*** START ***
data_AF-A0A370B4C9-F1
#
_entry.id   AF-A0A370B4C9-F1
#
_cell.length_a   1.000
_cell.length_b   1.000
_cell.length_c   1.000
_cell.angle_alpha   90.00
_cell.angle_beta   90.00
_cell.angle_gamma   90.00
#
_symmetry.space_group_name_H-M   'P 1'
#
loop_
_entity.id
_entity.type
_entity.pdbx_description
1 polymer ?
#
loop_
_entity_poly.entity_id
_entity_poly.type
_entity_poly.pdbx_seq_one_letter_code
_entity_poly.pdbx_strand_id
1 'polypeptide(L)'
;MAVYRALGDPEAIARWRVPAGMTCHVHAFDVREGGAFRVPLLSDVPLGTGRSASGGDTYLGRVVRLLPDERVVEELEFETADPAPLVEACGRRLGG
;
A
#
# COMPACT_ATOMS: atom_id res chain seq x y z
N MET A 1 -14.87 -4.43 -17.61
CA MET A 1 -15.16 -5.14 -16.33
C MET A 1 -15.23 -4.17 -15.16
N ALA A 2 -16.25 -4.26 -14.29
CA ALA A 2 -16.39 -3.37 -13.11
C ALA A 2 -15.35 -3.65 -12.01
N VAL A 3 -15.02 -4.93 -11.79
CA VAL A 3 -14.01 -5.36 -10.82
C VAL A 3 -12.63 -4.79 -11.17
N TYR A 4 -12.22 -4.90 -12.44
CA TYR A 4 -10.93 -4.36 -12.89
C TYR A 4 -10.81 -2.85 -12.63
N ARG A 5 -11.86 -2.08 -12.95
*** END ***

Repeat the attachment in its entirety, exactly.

data_AF-A0A370B4C9-F1
#
_entry.id   AF-A0A370B4C9-F1
#
_cell.length_a   1.000
_cell.length_b   1.000
_cell.length_c   1.000
_cell.angle_alpha   90.00
_cell.angle_beta   90.00
_cell.angle_gamma   90.00
#
_symmetry.space_group_name_H-M   'P 1'
#
loop_
_entity.id
_entity.type
_entity.pdbx_description
1 polymer ?
#
loop_
_entity_poly.entity_id
_entity_poly.type
_entity_poly.pdbx_seq_one_letter_code
_entity_poly.pdbx_strand_id
1 'polypeptide(L)'
;MAVYRALGDPEAIARWRVPAGMTCHVHAFDVREGGAFRVPLLSDVPLGTGRSASGGDTYLGRVVRLLPDERVVEELEFETADPAPLVEACGRRLGG
;
A
#
# COMPACT_ATOMS: atom_id res chain seq x y z
N MET A 1 -14.87 -4.43 -17.61
CA MET A 1 -15.16 -5.14 -16.33
C MET A 1 -15.23 -4.17 -15.16
N ALA A 2 -16.25 -4.26 -14.29
CA ALA A 2 -16.39 -3.37 -13.11
C ALA A 2 -15.35 -3.65 -12.01
N VAL A 3 -15.02 -4.93 -11.79
CA VAL A 3 -14.01 -5.36 -10.82
C VAL A 3 -12.63 -4.79 -11.17
N TYR A 4 -12.22 -4.90 -12.44
CA TYR A 4 -10.93 -4.36 -12.89
C TYR A 4 -10.81 -2.85 -12.63
N ARG A 5 -11.86 -2.08 -12.95